When we got to the temple of Phuyupatamarca on the third day of the Inca Trail to Machu Picchu, it was hard not to feel a certain sense of achievement.
We stood on mossy stones placed by ancient builders and gazed through thick mist at the hints of a vast green valley below. Winded and sore, we had made it here on our own two feet.
Well, strictly speaking, we had more than two feet.
The 16 hikers on our four-day trip were accompanied by a support staff of 19 porters, two guides, and a cook, giving us each an average of 4.75 feet, and the feeling that we were members of a royal hunting party.
We tourists sported fresh Gore-Tex raincoats, beefy hiking boots, and colorful daypacks. We would have looked just like a North Face ad, if not for the 19 sandal-clad locals in tow, hefting bags the size of washing machines that contained not just tents and food, but also the iPads, sacks of granola, and fuzzy socks that we tourists didn’t want to carry.
The use of indigenous porters in Peru is nothing new. Historian John Hemming writes that, “From the outset of the Conquest, Spanish armies and expeditions had commandeered regiments of native porters, and it was manifest that this abuse contributed directly to the country’s depopulation.”
Our Inca Trail tour group was a pretty affluent crowd, including a Dutch ophthalmologist, a British market analyst with her actuary brother, and a software engineer from New York. Few spoke Spanish.
The porters were all men, many in their mid-twenties but some as old as 60. Some spoke only Quechua, the region’s native language. They typically had children and spouses, who they leave behind to hike the trail for as many as 20 days per month.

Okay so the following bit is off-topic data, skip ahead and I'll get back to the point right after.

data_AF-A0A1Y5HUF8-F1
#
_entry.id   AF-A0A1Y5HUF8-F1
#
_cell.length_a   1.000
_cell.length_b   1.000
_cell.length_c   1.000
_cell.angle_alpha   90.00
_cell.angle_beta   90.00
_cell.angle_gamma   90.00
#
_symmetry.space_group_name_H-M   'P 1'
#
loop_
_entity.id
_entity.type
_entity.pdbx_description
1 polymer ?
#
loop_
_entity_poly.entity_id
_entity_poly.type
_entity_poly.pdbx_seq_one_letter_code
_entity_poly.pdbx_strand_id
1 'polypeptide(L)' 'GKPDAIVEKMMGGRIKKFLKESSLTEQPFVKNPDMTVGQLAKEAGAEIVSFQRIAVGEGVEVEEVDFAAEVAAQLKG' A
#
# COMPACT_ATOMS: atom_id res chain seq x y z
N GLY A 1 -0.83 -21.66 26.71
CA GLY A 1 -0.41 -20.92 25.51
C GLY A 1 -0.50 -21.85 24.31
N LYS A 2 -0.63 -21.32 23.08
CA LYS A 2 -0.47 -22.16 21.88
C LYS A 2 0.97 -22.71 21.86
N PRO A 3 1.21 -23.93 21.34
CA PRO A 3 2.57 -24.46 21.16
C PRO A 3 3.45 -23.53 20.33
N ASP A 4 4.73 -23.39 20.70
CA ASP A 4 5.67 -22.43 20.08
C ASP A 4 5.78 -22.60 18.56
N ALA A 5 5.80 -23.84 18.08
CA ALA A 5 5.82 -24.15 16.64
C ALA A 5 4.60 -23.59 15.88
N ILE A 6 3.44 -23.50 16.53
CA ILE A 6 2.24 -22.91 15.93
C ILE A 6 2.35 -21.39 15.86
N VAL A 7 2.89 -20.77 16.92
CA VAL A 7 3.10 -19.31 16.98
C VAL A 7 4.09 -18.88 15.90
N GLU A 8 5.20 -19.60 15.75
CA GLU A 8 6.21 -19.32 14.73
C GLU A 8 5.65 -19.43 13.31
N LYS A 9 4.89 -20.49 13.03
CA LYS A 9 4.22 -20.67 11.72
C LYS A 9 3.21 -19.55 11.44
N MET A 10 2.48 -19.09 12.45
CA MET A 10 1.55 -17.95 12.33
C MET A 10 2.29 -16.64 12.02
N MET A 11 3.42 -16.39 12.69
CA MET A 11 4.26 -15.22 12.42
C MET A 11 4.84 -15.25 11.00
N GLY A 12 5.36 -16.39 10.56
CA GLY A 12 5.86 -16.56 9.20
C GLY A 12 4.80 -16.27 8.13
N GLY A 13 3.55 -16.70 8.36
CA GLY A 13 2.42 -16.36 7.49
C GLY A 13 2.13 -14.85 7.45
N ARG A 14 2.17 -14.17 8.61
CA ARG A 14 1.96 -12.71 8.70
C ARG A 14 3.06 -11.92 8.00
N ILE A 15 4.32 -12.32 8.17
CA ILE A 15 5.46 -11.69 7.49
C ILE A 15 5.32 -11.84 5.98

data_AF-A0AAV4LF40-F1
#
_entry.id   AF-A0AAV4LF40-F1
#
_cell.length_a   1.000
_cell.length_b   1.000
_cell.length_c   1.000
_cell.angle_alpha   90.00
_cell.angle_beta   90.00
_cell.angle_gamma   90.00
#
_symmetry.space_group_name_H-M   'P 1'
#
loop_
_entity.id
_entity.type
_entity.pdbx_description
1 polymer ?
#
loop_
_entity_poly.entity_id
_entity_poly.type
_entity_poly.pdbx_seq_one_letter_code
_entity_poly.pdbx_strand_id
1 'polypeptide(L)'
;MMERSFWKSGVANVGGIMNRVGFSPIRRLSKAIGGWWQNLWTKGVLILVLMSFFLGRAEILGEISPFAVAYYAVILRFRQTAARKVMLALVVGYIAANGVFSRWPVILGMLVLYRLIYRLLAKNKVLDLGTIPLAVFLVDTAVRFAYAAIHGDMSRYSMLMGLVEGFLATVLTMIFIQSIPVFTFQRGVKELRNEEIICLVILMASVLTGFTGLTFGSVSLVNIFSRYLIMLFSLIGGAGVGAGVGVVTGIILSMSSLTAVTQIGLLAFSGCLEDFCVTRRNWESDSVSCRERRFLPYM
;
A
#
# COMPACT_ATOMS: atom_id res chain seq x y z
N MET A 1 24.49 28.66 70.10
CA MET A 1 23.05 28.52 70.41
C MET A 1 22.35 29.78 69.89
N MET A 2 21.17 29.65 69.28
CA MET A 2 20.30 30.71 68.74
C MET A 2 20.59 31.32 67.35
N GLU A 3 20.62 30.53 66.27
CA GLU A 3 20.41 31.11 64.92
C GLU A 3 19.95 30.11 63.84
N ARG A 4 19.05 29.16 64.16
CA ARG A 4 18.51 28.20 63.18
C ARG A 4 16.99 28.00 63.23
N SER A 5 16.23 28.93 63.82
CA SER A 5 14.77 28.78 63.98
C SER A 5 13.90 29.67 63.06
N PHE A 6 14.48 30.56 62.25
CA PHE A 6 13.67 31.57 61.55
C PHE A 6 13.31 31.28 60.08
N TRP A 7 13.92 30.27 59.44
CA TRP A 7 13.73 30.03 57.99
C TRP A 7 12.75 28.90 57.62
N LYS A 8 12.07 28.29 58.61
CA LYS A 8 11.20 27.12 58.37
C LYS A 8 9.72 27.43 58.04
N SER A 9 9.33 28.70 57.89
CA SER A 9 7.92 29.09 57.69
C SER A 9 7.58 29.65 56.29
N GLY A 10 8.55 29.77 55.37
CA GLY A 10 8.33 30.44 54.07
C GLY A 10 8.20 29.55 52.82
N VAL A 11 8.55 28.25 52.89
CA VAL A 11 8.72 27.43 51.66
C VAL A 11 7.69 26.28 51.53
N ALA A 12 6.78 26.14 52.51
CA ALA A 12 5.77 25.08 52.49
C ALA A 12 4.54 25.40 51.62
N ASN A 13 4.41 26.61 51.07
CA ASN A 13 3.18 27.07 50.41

After kicking off our tour with a group photo, name game, and two hours of walking, we stopped for lunch. This and all of our subsequent meals would consist of an appetizer, main course, coffee and dessert served under a canopy tent.
Once we’d eaten our fill, our guide began to manage our expectations for the next two or three hours of hiking. We were reminded to walk at our own pace because “the Inca Trail is not a race.”
It may have felt that way for the porters, who arose before daybreak to serve us coffee in our tents, ate quickly, and began racing ahead to the next stopping point as soon as our breakfast was on the table. They bent deeply at the waist to endure the uphills and handled the downhills at near-sprint, a knee-saving tactic.
But for us, the luxury continued. At the end of day three — nearly 40 kilometers into the hike — the group’s head cook whipped up a cake complete with a frosted inscription wishing us a good day at Machu Picchu.
In 1552, Dominican friar and human rights advocate Bartolomé de las Casas wrote, “[Spanish settlers] used natives like pack animals. They have sores on their shoulders and backs, like much-abused beasts.”
Las Casas and his supporters inspired the Spanish crown to issue the New Laws, which outlawed the encomienda forced-labor system and forbade the “lading of Indians.” Although these laws were widely ignored, they reflected Spanish authorities’ uneasiness with using people as beasts of burden.